Macroeconomics and Current Economic Issues
Summer College 2017
Hi! I'm Rachel, a rising senior from Goshen, New York. I'm the President of my class, the Vice President of my Student Senate, and a member of my Mock Trial team and tennis team. I'm taking Macroeconomics and Current Economic Issues at CUSC. I hope to study business leadership in college. My high school only offers one basic, required economics course, so I'm excited to take a more advanced class. I'm also looking forward to living on Cornell's beautiful campus, meeting new friends, and eating Triple Caramel Bliss at the Cornell Dairy Bar. I hope we'll get the chance to meet!
As I sit on my bed preparing to write this blog post, I can't help but marvel at how much broader my world has become in a mere few days. I've connected with people from all over the country: Atlanta, Hawaii, and Ithaca itself, and from all over the world: Canada, China, England and beyond.
Not only has my social life expanded, my mind has as well. Macroeconomics is demanding, but certainly manageable. My professor is outstanding; he's condensed the material effectively and is great at answering questions. He has held several optional review sessions, and even bought pizza for the students who attended the longer sessions. My class happens to be a 107-person lecture, but both the professor and the teacher's assistant were available for one-on-one time when I requested it.
I've learned outside of my class too. Cornell admission representatives hosted a college fair to give advice about the application process, and I've learned cultural things like how schools in other states and countries work and what Mongolian food tastes like (I would definitely recommend it.).
Speaking of food, every meal I've had at Cornell thus far has been delicious! There are lots of options at each dining hall. My favorites include the omelette bar, the homemade honey-roasted peanut butter, the salad bar with fresh fruits and vegetables, and the sushi. Also, I did get to try the Triple Caramel Bliss from the Cornell Dairy Bar... Wow.
I was planning on going kayaking over the weekend, but it may rain. If it does, I'll probably snuggle up inside my friend's dorm room and watch Netflix while devouring ordered-in Insomnia Cookies.
I was lucky enough to venture into Ithaca this week! My midterm was Wednesday morning and I had free time for the rest of the day, so a group of my friends and I had lunch on the Commons at Waffle Frolic and then saw Dunkirk at the local movie theater. On Thursday night, my friend and I took a taxi to Purity, a huge ice cream shop that's about a five minute drive from campus. It was amazing - almost as good as the Cornell Dairy Bar. Then on Friday night, I ate dinner with friends at a nearby sushi restaurant, Plum Tree, and enjoyed a delicious meal. Saturday, however, was my favorite off-campus adventure. Two bus rides and a bit of a walk away from campus lies a beautiful Ithaca Farmers' Market with fresh produce, samples from local restaurants, hand-made crafts, and live music. It was heavenly. Overall, I think Ithaca is a charming city with both natural beauty and manmade attractions.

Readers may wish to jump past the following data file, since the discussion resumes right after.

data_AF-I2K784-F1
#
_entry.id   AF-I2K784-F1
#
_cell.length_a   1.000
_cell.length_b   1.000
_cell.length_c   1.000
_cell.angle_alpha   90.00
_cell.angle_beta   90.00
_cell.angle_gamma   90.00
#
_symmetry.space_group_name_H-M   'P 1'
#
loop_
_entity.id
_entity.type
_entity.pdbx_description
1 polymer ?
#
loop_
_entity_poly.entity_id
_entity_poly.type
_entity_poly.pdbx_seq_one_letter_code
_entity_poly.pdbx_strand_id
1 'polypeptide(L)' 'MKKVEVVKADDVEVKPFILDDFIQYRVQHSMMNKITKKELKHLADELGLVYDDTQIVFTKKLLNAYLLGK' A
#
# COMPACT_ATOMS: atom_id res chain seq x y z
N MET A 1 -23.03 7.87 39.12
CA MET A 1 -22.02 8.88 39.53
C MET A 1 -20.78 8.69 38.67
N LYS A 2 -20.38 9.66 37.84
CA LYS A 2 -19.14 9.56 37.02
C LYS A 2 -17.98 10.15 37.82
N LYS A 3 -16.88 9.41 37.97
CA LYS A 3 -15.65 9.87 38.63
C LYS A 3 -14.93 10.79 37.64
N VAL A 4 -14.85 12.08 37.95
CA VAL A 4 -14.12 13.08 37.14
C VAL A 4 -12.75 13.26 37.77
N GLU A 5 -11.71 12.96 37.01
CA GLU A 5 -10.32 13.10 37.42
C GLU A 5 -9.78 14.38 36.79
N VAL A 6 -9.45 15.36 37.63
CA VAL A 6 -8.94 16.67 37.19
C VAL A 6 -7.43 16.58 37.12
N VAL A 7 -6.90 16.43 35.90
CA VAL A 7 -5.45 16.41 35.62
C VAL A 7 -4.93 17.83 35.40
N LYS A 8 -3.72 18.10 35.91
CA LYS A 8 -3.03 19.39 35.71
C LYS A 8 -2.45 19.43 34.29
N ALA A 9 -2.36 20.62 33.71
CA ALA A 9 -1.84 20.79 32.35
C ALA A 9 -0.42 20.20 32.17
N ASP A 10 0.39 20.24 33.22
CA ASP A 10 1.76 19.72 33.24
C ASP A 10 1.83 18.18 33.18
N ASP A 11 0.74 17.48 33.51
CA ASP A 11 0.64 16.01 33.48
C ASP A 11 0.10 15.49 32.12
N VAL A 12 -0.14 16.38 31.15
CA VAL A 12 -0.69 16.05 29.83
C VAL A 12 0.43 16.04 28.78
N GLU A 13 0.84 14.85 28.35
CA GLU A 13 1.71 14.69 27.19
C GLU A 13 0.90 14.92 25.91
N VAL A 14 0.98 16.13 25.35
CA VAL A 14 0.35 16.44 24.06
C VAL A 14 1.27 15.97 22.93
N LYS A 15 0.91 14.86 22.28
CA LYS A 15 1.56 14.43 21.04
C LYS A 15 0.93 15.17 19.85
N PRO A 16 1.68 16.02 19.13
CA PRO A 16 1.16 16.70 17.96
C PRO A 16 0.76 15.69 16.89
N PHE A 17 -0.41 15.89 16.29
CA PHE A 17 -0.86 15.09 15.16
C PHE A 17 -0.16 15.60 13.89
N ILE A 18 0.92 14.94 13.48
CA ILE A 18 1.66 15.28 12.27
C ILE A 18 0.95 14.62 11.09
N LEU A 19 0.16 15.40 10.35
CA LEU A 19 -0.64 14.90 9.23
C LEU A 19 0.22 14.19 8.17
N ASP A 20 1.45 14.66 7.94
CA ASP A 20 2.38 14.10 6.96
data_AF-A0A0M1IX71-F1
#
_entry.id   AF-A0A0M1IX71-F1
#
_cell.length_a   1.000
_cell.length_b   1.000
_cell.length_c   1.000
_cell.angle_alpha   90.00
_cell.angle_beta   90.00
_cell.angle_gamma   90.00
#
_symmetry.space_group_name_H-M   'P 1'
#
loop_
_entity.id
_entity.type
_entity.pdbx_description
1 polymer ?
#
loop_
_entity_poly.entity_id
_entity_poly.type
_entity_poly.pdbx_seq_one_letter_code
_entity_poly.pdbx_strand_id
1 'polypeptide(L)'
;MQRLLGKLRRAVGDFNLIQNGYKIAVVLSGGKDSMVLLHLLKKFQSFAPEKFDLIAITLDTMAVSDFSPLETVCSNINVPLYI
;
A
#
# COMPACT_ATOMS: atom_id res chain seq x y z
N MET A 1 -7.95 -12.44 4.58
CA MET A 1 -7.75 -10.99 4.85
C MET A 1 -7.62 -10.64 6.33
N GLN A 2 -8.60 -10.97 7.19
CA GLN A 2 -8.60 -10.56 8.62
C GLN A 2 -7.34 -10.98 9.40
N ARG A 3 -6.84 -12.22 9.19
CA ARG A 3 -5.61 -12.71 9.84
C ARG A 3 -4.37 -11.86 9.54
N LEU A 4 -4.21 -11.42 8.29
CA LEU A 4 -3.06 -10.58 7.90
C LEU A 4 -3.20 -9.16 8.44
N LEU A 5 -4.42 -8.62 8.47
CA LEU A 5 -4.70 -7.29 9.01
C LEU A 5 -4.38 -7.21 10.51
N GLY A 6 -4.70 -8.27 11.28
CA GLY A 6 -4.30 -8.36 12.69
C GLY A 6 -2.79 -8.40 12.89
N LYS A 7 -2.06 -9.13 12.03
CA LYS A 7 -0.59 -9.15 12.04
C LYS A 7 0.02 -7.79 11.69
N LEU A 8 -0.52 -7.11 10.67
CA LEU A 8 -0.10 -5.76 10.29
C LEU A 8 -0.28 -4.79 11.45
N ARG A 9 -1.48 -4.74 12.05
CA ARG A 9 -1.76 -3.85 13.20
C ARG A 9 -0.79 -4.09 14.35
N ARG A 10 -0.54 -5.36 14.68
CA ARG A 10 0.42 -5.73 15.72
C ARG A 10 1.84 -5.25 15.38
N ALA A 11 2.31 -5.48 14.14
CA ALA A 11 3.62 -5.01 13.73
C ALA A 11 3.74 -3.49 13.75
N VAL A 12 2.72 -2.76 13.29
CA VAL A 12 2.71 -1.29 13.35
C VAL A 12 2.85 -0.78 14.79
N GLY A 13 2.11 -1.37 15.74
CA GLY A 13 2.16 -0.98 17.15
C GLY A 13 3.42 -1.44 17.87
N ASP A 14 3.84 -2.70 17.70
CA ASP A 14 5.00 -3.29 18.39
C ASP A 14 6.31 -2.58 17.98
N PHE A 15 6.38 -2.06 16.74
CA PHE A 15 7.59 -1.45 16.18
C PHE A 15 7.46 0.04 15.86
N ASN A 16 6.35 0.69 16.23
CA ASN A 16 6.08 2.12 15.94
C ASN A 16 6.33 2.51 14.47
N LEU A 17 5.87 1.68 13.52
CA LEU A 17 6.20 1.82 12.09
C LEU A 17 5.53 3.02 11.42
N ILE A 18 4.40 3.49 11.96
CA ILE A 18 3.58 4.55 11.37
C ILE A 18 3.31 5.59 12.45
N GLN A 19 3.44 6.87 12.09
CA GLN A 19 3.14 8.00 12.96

As fun as life off-campus was, I enjoyed life on campus just as much. I was craving alone time on Sunday, so plugged in some headphones and took a long walk around Cornell. My journey began by going to see some of the sorority and fraternity houses. I'm interested in joining the Greek system in college, and wanted to scope it out a little bit. Each and every house was gorgeous. There are old tudor-style mansions, cute brick houses, more modern houses, and everything in between. Then I trekked down Libe Slope to explore West Campus, or as I would rather call it, the site of European castles that someone plopped in the middle of rural New York. On my difficult hike back up the slope, I noticed that my "Cornell Calves," or "Ithacalves" had taken shape. One major perk of Cornell's campus is the built-in workout you get everyday simply by walking to class. At that moment, I smiled, deemed myself a true Cornellian, and then continued trudging up the seemingly never-ending hill. The moment I reached the top, the chime masters in the clock tower played a song to congratulate me! Well, at least that's what I thought until I looked at my watch and realized it was four o'clock and that the song was just the hourly alarm. I then frolicked through the magnificent Cornell Botanic Gardens, admired the gorges from a suspension bridge, and returned to my dorm.
CUSC wasn't easy. I had to read a chapter or two of my textbook and take a quiz every weeknight. I studied in the libraries many nights until they closed - all while my friends were posting pictures on beaches. The tests and quizzes were challenging for me. I finished my junior year, took a short break, and headed right back to school. I even got sick for a couple days. But it was worth it. I think I'll have an advantage during my first semester of college because I've had a taste of college life. I had some time management problems at the beginning of my course, but became much more efficient by the end of it. Likewise, I was uncomfortable in a lecture-style class when CUSC started, but I adjusted to it. These are lessons that I feel lucky to have learned as a high schooler.
I would like to thank my professors for their wisdom, their time, their countless explanations when I had questions, their patience, and their compassion. Both Professor Basu and Professor Kyle were interesting and effective. I learned a lot from them and from my experience at Cornell as a whole.
I will miss the friends I made, Cornell's beautiful campus, and, of course, the Cornell Dairy Bar. This summer reinforced my desire to apply to Cornell ILR this fall. Go Big Red!